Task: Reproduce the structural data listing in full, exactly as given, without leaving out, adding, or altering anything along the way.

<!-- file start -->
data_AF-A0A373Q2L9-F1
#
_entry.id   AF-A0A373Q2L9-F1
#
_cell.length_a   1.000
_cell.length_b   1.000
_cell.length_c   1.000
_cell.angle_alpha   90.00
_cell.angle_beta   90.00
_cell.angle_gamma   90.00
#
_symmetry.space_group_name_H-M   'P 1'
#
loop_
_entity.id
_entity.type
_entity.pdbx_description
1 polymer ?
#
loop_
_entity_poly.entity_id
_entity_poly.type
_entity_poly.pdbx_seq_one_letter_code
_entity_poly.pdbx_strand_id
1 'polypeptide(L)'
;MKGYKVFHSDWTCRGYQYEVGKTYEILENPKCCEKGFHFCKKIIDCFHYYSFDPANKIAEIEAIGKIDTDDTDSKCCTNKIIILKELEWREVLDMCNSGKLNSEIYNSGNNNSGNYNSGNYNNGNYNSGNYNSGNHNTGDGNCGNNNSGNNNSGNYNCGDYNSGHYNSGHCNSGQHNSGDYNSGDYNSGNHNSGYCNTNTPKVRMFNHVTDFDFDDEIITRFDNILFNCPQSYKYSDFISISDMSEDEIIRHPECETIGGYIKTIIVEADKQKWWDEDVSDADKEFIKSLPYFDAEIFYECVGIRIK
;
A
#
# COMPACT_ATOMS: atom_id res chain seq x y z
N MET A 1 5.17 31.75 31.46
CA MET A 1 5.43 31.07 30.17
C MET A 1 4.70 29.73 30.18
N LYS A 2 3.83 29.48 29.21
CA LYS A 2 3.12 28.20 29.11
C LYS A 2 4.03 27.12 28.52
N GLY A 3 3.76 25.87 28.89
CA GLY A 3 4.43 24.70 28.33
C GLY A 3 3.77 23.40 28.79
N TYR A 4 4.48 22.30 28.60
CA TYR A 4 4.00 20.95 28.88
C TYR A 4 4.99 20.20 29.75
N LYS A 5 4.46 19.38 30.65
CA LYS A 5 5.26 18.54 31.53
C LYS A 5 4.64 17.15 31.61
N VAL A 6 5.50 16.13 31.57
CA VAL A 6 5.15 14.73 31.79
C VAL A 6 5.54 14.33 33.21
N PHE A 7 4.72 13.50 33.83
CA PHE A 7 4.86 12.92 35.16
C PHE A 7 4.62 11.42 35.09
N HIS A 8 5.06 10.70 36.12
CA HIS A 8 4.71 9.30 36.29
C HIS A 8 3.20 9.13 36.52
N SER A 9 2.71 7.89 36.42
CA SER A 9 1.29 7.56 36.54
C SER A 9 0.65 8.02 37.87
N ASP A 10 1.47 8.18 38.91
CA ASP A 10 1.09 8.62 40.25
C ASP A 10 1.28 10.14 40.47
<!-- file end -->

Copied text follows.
data_AF-A0A373Q2L9-F1
#
_entry.id   AF-A0A373Q2L9-F1
#
_cell.length_a   1.000
_cell.length_b   1.000
_cell.length_c   1.000
_cell.angle_alpha   90.00
_cell.angle_beta   90.00
_cell.angle_gamma   90.00
#
_symmetry.space_group_name_H-M   'P 1'
#
loop_
_entity.id
_entity.type
_entity.pdbx_description
1 polymer ?
#
loop_
_entity_poly.entity_id
_entity_poly.type
_entity_poly.pdbx_seq_one_letter_code
_entity_poly.pdbx_strand_id
1 'polypeptide(L)'
;MKGYKVFHSDWTCRGYQYEVGKTYEILENPKCCEKGFHFCKKIIDCFHYYSFDPANKIAEIEAIGKIDTDDTDSKCCTNKIIILKELEWREVLDMCNSGKLNSEIYNSGNNNSGNYNSGNYNNGNYNSGNYNSGNHNTGDGNCGNNNSGNNNSGNYNCGDYNSGHYNSGHCNSGQHNSGDYNSGDYNSGNHNSGYCNTNTPKVRMFNHVTDFDFDDEIITRFDNILFNCPQSYKYSDFISISDMSEDEIIRHPECETIGGYIKTIIVEADKQKWWDEDVSDADKEFIKSLPYFDAEIFYECVGIRIK
;
A
#
# COMPACT_ATOMS: atom_id res chain seq x y z
N MET A 1 5.17 31.75 31.46
CA MET A 1 5.43 31.07 30.17
C MET A 1 4.70 29.73 30.18
N LYS A 2 3.83 29.48 29.21
CA LYS A 2 3.12 28.20 29.11
C LYS A 2 4.03 27.12 28.52
N GLY A 3 3.76 25.87 28.89
CA GLY A 3 4.43 24.70 28.33
C GLY A 3 3.77 23.40 28.79
N TYR A 4 4.48 22.30 28.60
CA TYR A 4 4.00 20.95 28.88
C TYR A 4 4.99 20.20 29.75
N LYS A 5 4.46 19.38 30.65
CA LYS A 5 5.26 18.54 31.53
C LYS A 5 4.64 17.15 31.61
N VAL A 6 5.50 16.13 31.57
CA VAL A 6 5.15 14.73 31.79
C VAL A 6 5.54 14.33 33.21
N PHE A 7 4.72 13.50 33.83
CA PHE A 7 4.86 12.92 35.16
C PHE A 7 4.62 11.42 35.09
N HIS A 8 5.06 10.70 36.12
CA HIS A 8 4.71 9.30 36.29
C HIS A 8 3.20 9.13 36.52
N SER A 9 2.71 7.89 36.42
CA SER A 9 1.29 7.56 36.54
C SER A 9 0.65 8.02 37.87
N ASP A 10 1.47 8.18 38.91
CA ASP A 10 1.09 8.62 40.25
C ASP A 10 1.28 10.14 40.47